I’m strongly suspecting that New Year’s is going to be a time of listicles and advocacy. Everyone’s going to be at us to support this cause or that, act in this way or that, over the coming year. Everyone has priorities, urgent issues, things they think we should care about most of all.
And that’s cool. Passion is wonderful, and clearly many hands are going to be needed for the work ahead.
But when others have different priorities than you, things slide so easily into guilt-tripping and blame. Accusations of indifference. Spoon banditry. And that’s not so cool; it robs us of energy and joy that we need as a community. Someone 100% committed to Cause A, if persuaded to switch to Cause B, may only have the talents, resources, or passion to give 70%—even after the energy costs of diverting their attention are paid off.
Can I suggest an XKCD-like reformulation? Can we think of this diversity of tactics and causes not as dilution or diversion, but as defense in depth?
I first encountered the term defense in depth in its infosec incarnation, where we use multiple independent means to combat possible intrusions. Run antivirus software and have a strong-password policy and train your staff against social engineering. It’s based on a broader military strategy where you use multiple layers of resources, even weak ones, to bog an attacker down, rob them of their momentum, and leave them vulnerable to counterattack.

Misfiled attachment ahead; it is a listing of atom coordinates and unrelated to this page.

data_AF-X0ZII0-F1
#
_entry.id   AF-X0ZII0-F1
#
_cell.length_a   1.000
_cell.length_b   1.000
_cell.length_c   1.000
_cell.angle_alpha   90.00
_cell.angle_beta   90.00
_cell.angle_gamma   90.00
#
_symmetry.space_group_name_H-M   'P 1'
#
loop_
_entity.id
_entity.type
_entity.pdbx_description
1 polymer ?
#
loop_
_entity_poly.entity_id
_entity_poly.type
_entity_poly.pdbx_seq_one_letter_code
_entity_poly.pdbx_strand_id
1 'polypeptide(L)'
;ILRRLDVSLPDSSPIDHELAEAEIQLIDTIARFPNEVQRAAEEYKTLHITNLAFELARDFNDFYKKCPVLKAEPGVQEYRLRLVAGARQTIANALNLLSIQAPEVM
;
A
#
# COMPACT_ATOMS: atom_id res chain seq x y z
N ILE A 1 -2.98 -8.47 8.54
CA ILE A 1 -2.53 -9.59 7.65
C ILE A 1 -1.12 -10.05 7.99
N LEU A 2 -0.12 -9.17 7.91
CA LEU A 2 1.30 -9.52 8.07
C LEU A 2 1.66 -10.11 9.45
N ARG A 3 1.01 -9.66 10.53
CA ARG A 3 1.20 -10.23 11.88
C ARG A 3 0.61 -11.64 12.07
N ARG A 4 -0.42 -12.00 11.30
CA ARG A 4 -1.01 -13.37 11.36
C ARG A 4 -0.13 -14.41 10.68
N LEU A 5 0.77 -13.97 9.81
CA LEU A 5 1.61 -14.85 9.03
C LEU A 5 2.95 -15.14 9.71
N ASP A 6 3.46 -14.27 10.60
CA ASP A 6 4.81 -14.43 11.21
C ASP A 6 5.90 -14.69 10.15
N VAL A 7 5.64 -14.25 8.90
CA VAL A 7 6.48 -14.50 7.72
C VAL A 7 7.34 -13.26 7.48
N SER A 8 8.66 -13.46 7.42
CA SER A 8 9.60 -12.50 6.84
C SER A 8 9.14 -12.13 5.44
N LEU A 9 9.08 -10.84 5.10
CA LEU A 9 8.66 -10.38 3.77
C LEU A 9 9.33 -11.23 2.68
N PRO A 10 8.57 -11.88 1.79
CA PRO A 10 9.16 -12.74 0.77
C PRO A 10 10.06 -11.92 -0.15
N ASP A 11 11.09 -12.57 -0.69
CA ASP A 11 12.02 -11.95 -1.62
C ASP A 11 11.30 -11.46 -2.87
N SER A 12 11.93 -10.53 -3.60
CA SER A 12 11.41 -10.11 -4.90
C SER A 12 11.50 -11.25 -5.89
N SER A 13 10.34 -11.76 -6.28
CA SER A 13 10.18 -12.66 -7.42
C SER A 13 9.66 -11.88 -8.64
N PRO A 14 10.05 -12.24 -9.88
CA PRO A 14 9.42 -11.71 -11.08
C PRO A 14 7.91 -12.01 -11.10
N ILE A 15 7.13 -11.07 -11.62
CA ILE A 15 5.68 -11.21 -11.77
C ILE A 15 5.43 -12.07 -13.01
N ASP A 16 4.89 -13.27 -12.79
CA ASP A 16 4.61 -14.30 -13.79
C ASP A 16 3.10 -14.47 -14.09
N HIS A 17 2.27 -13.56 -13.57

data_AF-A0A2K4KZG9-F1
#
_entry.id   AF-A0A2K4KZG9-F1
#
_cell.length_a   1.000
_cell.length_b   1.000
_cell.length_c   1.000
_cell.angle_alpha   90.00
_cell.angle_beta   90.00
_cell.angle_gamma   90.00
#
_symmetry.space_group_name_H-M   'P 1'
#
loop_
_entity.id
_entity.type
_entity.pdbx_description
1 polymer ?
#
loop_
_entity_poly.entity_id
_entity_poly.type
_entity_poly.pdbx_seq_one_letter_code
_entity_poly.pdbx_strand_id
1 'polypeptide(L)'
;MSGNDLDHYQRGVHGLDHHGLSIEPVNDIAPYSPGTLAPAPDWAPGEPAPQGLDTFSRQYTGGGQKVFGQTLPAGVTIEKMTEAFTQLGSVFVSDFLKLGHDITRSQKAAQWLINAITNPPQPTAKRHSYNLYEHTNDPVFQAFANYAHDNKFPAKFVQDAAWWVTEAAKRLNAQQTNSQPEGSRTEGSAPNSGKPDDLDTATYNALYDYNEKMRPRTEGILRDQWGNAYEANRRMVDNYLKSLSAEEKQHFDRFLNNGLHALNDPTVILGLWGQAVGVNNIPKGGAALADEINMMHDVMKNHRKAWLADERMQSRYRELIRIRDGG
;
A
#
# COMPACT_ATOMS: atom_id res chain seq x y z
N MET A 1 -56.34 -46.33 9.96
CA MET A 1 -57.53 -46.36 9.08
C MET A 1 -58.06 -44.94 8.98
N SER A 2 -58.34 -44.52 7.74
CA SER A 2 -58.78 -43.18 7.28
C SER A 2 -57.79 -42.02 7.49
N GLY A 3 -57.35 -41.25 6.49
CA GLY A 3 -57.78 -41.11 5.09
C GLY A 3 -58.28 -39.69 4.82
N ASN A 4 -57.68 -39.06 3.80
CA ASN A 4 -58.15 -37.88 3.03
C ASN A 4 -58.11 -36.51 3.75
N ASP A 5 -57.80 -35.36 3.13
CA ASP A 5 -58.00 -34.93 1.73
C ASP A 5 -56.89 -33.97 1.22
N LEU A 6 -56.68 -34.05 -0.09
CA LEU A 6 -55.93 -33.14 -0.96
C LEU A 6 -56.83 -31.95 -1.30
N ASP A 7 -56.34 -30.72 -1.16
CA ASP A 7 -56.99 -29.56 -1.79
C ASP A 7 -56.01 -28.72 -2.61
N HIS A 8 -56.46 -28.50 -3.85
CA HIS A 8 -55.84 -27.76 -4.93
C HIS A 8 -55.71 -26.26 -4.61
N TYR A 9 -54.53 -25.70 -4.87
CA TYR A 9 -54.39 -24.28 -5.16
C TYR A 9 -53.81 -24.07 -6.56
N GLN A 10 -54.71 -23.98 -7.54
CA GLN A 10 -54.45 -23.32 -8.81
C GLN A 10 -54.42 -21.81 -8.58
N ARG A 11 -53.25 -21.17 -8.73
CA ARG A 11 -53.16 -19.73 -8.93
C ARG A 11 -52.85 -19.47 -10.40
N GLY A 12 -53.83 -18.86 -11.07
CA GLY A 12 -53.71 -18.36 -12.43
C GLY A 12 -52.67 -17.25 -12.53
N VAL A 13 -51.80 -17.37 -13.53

It may not be, in the abstract, the best strategy for the time ahead of us—the Wikipedia entry points out that it’s most effective in opposition to a single, focused attack, and we’re facing something much broader-based than that. But given the costs and risks of circular firing squads, given that our strength as evidence-based thinkers and anti-authoritarians will be in nurturing diverse opinions and tactics and then sharing the results widely to expand everyone’s toolkit, it’s the most pragmatic approach to moving in a generally-agreed direction with people with whom we may not always see eye to eye.
A couple of skills for that toolkit, if you’re going to follow this model:
Any more resources? Or am I talking out of my arse here?